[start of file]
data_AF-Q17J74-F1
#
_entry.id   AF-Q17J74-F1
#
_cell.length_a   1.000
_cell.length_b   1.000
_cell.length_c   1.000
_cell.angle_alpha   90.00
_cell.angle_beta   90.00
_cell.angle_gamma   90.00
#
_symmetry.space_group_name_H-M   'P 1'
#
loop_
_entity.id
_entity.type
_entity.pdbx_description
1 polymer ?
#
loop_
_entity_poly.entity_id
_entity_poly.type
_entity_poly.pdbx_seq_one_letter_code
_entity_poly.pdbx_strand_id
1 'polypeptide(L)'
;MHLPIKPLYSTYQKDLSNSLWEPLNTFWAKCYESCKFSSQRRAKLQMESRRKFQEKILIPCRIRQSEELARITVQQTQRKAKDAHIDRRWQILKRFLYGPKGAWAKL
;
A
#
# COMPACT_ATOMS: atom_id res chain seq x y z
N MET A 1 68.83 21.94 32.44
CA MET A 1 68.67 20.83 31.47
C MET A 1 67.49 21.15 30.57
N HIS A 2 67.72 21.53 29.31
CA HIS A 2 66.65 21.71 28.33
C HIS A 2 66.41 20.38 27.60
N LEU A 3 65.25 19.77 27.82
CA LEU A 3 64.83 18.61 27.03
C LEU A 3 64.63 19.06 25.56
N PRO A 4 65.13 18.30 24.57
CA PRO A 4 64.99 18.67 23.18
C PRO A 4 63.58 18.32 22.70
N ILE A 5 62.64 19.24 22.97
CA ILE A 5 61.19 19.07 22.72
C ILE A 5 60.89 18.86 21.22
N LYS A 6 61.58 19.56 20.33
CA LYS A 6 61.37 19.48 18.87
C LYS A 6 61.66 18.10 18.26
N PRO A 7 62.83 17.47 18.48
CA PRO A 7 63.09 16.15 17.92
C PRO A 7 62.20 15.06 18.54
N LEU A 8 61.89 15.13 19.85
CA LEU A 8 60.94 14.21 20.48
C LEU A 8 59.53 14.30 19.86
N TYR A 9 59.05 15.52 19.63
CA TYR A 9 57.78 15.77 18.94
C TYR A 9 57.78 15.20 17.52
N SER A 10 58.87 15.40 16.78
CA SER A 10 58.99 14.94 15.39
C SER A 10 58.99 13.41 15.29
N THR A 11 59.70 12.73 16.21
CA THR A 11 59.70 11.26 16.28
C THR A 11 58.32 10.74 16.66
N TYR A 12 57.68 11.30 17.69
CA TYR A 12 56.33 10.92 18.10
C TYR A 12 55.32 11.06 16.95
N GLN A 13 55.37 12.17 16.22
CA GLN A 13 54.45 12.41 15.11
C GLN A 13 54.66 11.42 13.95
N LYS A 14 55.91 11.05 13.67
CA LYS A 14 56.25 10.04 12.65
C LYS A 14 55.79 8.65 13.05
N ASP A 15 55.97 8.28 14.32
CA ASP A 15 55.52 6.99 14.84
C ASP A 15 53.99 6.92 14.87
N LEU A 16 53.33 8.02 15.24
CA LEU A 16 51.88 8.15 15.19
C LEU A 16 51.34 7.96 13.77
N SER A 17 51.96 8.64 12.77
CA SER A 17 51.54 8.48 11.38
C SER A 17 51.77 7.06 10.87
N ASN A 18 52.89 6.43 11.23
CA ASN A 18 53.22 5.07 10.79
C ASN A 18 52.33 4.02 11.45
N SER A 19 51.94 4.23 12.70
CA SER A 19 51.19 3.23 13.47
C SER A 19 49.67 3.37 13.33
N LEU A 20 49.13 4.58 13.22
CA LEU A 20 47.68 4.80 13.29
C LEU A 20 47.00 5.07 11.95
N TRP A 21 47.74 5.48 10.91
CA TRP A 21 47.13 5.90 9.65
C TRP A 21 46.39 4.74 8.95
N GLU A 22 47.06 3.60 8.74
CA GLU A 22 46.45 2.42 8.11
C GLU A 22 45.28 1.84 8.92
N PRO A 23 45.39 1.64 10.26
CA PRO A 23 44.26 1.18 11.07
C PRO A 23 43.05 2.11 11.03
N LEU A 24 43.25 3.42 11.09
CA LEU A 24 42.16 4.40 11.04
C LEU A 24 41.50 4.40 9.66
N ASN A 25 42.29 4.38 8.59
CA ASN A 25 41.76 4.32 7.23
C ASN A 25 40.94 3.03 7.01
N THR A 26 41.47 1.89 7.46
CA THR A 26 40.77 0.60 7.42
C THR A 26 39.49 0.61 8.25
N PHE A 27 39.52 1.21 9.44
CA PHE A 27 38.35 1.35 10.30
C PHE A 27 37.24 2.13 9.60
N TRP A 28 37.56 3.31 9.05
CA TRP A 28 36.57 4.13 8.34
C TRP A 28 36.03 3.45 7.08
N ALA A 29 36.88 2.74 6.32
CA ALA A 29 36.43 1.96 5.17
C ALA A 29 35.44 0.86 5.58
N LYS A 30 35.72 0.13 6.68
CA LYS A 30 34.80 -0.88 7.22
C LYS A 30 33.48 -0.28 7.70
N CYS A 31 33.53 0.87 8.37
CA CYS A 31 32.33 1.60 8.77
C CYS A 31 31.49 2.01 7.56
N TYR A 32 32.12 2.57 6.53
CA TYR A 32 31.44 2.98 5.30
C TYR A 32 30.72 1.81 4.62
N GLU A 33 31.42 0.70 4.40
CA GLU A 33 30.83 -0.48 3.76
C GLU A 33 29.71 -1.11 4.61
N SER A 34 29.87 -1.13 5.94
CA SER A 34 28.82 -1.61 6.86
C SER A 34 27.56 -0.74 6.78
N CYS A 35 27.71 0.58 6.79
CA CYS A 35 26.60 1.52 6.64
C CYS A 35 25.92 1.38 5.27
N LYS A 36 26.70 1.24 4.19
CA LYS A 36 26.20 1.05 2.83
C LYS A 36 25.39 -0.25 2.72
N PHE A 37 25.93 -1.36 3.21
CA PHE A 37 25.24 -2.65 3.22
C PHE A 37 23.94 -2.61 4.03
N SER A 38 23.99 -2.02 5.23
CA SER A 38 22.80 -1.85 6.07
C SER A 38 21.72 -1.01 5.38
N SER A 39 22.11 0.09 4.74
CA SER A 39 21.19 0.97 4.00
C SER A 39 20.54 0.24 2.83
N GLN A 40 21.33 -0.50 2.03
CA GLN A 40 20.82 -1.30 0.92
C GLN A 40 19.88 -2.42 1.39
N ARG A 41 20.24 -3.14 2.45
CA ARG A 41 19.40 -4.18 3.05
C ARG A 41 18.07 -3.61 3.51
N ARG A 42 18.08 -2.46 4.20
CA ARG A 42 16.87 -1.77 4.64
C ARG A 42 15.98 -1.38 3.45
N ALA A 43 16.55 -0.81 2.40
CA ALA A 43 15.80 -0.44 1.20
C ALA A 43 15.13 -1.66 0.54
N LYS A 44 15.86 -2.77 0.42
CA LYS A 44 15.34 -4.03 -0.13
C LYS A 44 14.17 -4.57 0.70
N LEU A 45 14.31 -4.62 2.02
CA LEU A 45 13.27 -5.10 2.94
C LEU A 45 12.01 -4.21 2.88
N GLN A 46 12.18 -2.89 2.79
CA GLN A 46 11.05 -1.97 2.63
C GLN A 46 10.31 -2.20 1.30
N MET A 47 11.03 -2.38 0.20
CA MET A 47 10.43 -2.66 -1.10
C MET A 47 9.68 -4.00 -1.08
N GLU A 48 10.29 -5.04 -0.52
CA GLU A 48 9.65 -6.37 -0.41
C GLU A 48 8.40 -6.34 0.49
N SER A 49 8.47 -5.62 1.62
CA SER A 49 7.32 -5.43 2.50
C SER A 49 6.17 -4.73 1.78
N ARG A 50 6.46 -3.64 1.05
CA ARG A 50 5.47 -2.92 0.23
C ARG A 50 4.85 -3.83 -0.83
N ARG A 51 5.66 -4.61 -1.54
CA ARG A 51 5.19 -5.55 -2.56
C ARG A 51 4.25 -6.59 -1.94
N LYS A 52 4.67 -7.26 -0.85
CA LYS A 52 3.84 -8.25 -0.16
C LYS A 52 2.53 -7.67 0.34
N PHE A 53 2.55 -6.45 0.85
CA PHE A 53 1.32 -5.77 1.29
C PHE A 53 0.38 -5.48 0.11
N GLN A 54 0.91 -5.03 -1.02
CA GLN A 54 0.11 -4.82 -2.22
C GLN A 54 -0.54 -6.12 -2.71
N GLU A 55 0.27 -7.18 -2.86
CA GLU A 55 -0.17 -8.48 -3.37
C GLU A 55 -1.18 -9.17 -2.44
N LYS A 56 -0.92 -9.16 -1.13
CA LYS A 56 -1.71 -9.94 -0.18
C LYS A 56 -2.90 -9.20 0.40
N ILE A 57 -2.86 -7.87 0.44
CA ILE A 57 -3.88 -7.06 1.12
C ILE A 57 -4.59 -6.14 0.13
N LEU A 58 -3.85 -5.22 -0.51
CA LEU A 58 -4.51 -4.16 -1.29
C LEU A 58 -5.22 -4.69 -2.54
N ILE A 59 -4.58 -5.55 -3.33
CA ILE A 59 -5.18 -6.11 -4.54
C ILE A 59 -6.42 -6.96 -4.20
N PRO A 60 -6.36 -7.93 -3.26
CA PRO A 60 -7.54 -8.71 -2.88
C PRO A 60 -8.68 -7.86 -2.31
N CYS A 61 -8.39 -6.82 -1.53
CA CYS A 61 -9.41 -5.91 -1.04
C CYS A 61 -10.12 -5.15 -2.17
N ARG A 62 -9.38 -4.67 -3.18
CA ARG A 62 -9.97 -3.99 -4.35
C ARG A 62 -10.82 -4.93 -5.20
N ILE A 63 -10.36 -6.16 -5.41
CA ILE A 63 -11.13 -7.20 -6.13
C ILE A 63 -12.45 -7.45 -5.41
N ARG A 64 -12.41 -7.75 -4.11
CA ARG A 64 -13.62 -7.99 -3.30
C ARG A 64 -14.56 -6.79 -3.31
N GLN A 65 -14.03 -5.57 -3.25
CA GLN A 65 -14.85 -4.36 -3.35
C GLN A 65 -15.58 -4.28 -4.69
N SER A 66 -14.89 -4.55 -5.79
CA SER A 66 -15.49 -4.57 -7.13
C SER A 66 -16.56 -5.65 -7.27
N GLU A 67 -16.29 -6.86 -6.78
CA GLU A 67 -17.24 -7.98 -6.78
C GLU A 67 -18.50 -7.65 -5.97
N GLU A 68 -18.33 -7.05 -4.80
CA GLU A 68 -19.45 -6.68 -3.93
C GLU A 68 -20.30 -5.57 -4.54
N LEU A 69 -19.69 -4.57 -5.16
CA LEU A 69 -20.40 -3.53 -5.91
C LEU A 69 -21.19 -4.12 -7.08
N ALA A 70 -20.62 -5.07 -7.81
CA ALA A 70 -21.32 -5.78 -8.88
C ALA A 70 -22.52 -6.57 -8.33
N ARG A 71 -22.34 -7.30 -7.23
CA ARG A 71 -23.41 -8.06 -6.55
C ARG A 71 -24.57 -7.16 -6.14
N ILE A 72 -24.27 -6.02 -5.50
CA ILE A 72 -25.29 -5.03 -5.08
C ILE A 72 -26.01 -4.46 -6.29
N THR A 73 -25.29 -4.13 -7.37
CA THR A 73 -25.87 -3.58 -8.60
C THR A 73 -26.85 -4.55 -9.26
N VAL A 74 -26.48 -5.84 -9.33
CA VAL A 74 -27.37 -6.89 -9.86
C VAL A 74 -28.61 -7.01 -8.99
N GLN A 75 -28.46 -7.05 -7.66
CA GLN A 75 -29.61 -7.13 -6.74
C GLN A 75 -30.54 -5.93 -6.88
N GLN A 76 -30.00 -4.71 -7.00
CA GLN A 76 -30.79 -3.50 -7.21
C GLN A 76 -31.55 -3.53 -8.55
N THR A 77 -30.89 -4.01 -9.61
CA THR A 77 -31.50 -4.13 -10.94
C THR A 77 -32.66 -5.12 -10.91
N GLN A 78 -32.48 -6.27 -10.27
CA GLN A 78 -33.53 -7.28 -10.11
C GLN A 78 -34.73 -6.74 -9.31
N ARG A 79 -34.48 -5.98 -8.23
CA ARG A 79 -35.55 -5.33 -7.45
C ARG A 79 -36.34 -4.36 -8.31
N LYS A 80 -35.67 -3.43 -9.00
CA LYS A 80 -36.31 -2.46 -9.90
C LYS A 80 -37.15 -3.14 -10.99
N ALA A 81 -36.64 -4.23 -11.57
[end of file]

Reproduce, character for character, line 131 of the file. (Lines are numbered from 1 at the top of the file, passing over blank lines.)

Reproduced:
CA SER A 34 28.82 -1.61 6.86